Garden Pests and Garden Pals: Part 4 - Slugs, Snails and Praying Mantises

As the temperature drops, the insect activity in your garden will decline as well, but you may find a few lingering critters if you look closely!

The beautiful but ever hungry Leopard Slug!

The beautiful but ever hungry Leopard Slug!

This Fall, we’ve noticed a resurgence of slugs and snails in our gardens. These cute and slimy critters love to munch on our leafy greens. 

There are a number of “folk” remedies for garden slugs including sprinkling coffee grounds, eggshells, or sand around your plants, but we’re cautious about what we add to our soils (let us know if you’ve given any of those a try!). It is true that slugs love beer and will happily jump into bowls of beer that they can’t escape, but keeping the bowl full and tidy day after day is sometimes more maintenance than it’s worth! 

As with caterpillars, we think the very best thing to do with slugs and snails is to pick them off by hand and encourage beneficial species (including birds, toads, and praying mantids) to live in your garden and eat these critters as a juicy snack!

Carolina Mantis picture courtesy of  extension.umd.edu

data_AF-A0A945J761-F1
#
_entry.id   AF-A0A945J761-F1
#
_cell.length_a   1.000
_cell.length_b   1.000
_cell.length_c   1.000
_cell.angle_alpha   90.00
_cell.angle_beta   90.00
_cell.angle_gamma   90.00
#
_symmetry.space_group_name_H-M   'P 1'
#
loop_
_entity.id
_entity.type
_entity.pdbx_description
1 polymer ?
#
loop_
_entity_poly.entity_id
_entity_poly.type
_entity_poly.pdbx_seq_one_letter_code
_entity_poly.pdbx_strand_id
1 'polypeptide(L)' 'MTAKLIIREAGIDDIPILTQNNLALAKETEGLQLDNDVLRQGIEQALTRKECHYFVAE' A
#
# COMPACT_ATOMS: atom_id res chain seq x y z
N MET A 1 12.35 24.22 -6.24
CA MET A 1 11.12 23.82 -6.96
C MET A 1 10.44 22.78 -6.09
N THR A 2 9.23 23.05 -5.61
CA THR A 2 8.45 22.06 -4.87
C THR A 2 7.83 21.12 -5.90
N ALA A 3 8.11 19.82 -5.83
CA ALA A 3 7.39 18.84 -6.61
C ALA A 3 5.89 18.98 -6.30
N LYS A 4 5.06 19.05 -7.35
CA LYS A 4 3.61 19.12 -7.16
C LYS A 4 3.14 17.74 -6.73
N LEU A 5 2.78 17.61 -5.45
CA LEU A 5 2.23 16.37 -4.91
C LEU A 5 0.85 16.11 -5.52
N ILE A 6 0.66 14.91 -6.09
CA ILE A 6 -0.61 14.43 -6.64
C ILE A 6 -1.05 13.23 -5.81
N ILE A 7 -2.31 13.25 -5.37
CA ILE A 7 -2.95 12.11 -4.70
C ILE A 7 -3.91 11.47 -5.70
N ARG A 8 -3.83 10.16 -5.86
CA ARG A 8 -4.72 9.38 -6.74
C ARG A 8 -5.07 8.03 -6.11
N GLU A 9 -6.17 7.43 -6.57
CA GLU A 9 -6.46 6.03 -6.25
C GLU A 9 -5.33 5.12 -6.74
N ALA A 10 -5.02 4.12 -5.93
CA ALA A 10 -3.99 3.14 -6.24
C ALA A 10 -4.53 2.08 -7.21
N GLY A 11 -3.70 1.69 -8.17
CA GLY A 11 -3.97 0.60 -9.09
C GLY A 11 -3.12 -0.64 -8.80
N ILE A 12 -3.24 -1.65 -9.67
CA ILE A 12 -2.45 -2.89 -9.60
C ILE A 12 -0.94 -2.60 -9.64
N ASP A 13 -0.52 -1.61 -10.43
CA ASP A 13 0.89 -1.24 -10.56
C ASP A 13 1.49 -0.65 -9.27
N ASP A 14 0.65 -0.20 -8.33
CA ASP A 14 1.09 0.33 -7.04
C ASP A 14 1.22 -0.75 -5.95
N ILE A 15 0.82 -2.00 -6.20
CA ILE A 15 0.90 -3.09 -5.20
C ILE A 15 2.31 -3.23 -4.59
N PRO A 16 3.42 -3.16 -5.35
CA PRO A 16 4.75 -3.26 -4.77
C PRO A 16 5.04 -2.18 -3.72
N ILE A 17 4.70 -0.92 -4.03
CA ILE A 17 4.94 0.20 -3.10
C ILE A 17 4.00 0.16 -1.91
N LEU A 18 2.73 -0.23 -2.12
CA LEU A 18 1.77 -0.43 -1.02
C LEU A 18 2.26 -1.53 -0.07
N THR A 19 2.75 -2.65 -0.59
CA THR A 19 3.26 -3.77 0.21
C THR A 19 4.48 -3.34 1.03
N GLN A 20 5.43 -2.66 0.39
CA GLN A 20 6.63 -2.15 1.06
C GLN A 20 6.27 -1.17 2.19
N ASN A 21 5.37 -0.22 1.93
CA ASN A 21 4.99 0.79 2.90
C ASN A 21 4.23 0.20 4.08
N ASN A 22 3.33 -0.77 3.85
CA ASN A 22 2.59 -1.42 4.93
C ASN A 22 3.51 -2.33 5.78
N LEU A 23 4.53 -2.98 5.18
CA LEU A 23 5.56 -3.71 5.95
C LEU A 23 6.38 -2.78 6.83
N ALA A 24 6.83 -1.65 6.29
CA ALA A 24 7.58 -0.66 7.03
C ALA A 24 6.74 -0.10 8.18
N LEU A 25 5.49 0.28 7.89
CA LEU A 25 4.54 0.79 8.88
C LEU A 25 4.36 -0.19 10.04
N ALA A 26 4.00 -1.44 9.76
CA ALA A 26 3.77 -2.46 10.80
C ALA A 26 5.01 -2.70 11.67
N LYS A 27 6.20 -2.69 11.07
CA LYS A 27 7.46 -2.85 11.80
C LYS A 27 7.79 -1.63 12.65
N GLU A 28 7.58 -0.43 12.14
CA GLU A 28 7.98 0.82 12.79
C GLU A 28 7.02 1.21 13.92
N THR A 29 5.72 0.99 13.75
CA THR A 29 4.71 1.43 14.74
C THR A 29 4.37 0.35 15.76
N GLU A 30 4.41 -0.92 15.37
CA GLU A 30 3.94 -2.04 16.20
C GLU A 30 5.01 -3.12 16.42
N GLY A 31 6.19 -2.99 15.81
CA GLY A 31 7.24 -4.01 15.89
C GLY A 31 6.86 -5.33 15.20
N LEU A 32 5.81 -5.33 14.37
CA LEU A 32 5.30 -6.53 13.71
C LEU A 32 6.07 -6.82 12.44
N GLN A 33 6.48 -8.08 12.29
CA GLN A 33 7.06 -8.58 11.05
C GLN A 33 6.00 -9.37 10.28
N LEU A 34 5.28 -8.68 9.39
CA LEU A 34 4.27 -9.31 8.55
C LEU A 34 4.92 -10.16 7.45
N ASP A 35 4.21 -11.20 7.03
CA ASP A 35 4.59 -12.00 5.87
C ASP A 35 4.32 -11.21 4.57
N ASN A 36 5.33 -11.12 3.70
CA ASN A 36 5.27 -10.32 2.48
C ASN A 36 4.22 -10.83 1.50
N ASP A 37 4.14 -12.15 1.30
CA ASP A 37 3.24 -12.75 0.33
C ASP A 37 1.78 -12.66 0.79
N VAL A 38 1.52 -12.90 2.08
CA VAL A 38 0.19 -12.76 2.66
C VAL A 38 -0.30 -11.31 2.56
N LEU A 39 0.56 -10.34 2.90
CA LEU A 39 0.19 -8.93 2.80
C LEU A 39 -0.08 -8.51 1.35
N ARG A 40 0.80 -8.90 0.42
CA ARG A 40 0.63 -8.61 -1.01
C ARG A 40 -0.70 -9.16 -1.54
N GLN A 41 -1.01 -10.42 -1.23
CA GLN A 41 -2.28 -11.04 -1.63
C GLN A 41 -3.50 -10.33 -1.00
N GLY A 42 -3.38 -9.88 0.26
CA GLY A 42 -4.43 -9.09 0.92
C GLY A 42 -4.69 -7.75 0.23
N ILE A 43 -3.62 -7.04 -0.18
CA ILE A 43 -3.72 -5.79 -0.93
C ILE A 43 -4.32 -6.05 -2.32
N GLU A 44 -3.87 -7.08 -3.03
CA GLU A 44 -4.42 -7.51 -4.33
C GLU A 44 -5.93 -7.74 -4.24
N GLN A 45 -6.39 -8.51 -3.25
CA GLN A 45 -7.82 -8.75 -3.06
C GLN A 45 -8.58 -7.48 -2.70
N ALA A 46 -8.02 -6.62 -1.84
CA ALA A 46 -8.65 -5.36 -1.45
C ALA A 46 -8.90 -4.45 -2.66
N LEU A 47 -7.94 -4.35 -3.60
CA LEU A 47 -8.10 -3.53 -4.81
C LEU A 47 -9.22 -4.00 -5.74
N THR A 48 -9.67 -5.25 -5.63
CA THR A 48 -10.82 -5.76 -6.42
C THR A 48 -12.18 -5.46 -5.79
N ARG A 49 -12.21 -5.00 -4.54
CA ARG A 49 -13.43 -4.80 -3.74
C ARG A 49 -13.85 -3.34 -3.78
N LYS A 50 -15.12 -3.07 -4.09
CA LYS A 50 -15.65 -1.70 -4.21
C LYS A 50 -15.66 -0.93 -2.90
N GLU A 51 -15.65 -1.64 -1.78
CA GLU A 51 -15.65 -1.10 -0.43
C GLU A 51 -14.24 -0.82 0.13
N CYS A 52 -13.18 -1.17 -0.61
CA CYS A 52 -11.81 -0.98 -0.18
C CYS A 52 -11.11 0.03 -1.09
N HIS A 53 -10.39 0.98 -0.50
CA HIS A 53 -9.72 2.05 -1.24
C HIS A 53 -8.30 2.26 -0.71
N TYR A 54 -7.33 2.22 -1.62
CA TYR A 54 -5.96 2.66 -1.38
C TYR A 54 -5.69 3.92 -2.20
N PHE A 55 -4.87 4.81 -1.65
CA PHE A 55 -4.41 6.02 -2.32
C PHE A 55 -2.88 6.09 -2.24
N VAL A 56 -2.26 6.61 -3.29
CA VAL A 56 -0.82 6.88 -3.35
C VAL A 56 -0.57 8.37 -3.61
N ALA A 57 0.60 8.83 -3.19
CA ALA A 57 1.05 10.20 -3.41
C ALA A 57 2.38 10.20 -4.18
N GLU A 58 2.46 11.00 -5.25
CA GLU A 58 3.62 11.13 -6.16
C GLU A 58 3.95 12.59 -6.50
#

Carolina Mantis picture courtesy of extension.umd.edu

You may also see our friend, the praying mantis. Praying Mantises are elongated bugs highly adapted for hunting. They are recognizable by their long torso, triangular head, and name-sake folded front legs. 

While mantis egg sacs are sold in many nurseries and garden catalogues, Mantises are not always the most effective pest-control. Their aggressive nature can make them territorial keeping mantis populations from getting too concentrated. Their diets, though carnivorous, are very general; mantises will eat beneficial insects as well as pests and sometimes members of their own species! 

Still, it’s never a bad thing to see a Praying Mantis and to encourage their presence in your garden. They will catch the hard to catch pests with their advanced hunting techniques and serve as a telltale indicator of a healthy ecosystem. At this point in the season some species can get up to 5 inches long! They will lay eggs in leaf litter which will over-winter and hatch come Spring.